By Albert Samaha
By Steve Weinstein
By Devon Maloney
By Tessa Stuart
By Alison Flowers
By Albert Samaha
By Jesse Jarnow
By Eric Tsetsi
"During the Giuliani Era at DOI," Arsenault told the FBI, according to a memo compiled for the case, "Edward Kuriansky had to inform the Mayor of the details of what was going on at DOI. During this time, Kerik provided details to Kuriansky about the Walker's meeting, and other aspects of what Kerik was involved in, yet no one did anything to look into it further."
The opportune moment to look into it further was in the late summer of 2000, as Giuliani was preparing to name Kerik the city's 40th commissioner of police. But no one did. As was later acknowledged when the Kerik scandal broke full-bore in late 2004, the new commissioner wasn't told to fill out a new background questionnaire, a standard city procedure.
Even at that point, four years later, Interstate was still battling hard to overcome city objections. To help make their case, the DiTommaso brothers hired as their lobbyist one of Giuliani's most stalwart political supporters, former Staten Island Borough President Guy Molinari. As their attorney to testify that they'd cleaned up their act, they brought on another veteran Giuliani loyalist, former deputy mayor Randy Mastro. As a City Hall aide, Mastro had helped create the Trade Waste Commission and served as its first chairman where he helped produce the tough scrutiny that it used on private waste carters. It was all part of the mayor's avowed crackdown on mob influence in the industry.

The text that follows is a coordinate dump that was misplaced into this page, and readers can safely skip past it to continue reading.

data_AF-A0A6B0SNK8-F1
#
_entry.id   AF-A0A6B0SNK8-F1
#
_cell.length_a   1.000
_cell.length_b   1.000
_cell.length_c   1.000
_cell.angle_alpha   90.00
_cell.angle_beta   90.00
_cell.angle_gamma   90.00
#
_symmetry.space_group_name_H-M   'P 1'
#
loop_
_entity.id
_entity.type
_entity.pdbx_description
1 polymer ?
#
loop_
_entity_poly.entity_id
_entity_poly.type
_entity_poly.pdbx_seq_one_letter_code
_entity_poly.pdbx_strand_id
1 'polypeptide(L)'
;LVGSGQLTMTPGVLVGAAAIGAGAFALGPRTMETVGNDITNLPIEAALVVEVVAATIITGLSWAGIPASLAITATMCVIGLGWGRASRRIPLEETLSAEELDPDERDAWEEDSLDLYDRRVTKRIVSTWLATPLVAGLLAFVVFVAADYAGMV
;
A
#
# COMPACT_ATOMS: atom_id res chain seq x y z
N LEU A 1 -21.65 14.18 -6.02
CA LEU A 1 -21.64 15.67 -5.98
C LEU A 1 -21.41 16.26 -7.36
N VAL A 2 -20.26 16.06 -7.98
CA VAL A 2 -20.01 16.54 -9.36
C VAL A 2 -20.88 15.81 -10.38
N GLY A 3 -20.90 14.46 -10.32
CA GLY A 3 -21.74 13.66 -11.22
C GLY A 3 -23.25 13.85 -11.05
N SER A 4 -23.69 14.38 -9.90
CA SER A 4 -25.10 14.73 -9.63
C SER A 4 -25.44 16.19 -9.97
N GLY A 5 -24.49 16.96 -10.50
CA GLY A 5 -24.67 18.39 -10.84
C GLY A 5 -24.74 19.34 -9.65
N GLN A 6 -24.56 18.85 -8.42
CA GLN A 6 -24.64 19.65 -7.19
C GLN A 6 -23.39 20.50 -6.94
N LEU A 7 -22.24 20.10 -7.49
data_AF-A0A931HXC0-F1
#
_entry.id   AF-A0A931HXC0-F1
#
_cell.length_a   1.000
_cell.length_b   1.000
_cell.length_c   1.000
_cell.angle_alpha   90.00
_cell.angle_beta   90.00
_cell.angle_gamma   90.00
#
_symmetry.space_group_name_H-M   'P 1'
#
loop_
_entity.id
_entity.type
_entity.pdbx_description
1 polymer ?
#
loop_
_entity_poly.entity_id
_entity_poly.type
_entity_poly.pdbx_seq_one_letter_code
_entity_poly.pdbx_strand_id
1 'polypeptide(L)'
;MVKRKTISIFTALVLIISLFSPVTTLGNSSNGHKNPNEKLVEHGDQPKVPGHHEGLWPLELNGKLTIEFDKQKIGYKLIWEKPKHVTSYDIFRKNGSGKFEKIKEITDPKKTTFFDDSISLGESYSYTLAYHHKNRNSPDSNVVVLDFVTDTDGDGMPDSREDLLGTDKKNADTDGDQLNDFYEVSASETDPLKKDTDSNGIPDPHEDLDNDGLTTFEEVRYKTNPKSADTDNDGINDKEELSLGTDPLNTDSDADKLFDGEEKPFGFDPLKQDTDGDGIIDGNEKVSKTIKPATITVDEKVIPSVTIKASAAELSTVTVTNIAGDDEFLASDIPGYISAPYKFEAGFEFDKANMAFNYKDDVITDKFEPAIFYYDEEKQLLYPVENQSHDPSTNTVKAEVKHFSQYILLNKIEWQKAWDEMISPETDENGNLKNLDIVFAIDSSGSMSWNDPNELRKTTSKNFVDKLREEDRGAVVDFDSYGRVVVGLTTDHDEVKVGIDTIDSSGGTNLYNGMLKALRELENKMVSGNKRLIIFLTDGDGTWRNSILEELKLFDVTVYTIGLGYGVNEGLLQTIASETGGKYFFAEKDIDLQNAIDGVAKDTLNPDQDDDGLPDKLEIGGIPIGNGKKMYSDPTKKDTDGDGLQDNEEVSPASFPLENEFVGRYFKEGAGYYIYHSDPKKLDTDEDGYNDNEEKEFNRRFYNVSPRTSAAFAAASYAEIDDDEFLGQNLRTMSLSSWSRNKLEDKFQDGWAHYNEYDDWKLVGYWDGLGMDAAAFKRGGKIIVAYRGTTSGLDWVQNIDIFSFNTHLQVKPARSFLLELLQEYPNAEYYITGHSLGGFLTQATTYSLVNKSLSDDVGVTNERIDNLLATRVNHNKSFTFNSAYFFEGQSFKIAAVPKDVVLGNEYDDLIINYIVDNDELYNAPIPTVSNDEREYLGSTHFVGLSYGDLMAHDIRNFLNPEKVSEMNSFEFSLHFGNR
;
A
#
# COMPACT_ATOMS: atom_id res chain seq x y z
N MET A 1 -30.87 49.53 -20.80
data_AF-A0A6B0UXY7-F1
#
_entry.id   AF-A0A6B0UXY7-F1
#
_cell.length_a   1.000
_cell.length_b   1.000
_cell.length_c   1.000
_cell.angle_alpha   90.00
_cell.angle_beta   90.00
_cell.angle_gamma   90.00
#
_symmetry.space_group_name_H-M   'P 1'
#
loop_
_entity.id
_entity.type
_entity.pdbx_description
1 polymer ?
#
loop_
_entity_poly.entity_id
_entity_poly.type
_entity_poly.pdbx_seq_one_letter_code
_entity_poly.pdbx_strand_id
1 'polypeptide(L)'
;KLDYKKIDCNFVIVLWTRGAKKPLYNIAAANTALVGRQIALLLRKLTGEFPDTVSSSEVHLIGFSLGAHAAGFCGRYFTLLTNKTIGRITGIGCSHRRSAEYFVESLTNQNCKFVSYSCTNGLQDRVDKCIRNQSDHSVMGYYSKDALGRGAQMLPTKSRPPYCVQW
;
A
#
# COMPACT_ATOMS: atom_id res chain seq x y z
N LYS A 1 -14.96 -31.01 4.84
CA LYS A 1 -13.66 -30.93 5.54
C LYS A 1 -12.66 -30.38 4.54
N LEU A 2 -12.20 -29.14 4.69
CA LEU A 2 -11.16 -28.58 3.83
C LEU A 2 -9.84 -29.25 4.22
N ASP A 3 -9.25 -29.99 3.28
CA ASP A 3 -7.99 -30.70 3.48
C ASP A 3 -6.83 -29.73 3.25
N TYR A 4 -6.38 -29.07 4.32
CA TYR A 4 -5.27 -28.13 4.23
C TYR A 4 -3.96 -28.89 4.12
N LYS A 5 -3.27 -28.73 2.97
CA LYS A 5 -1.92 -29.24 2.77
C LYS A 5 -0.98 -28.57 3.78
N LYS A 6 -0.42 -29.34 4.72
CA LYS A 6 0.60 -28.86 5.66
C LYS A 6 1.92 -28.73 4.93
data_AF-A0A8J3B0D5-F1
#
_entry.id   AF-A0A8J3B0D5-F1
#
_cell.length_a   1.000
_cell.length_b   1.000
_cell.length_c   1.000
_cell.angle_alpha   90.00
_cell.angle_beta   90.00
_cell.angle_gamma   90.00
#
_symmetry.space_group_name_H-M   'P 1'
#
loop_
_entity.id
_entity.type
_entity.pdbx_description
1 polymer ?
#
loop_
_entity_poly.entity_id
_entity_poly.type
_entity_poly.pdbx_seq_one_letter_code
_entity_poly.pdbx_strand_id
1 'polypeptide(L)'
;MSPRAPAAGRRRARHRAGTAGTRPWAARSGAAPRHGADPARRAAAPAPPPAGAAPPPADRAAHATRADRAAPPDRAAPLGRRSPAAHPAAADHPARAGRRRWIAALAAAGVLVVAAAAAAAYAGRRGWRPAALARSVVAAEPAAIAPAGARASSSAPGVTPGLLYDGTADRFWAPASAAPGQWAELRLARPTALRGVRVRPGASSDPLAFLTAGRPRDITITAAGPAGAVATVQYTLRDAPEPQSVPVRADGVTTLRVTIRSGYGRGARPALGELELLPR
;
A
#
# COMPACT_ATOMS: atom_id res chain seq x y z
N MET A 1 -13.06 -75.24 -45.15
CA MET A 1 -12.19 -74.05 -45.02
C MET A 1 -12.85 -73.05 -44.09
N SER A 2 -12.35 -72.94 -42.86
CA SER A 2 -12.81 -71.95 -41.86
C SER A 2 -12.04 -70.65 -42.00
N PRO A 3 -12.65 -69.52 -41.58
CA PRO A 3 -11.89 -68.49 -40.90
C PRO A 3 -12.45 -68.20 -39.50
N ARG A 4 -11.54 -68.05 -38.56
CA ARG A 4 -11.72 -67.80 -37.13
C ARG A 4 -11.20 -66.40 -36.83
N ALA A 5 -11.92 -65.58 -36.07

In December 2004, as the scandal was breaking, the Voice asked Mastro if he'd learned about Kerik's role at Interstate. "At some point, I was told by people at the company," he said. Had he shared that knowledge with Giuliani? "No," he said. "It wasn't an issue that I ever discussed with anyone."
For his part, Kerik is currently under house arrest at home in New Jersey, an electronic ankle bracelet monitoring his movements. He's due to keep it on until his sentencing on February 18 by Judge Stephen Robinson in court in White Plains. Prosecutors have agreed to a prison term of 27 to 33 months. The judge could go higher if he chooses.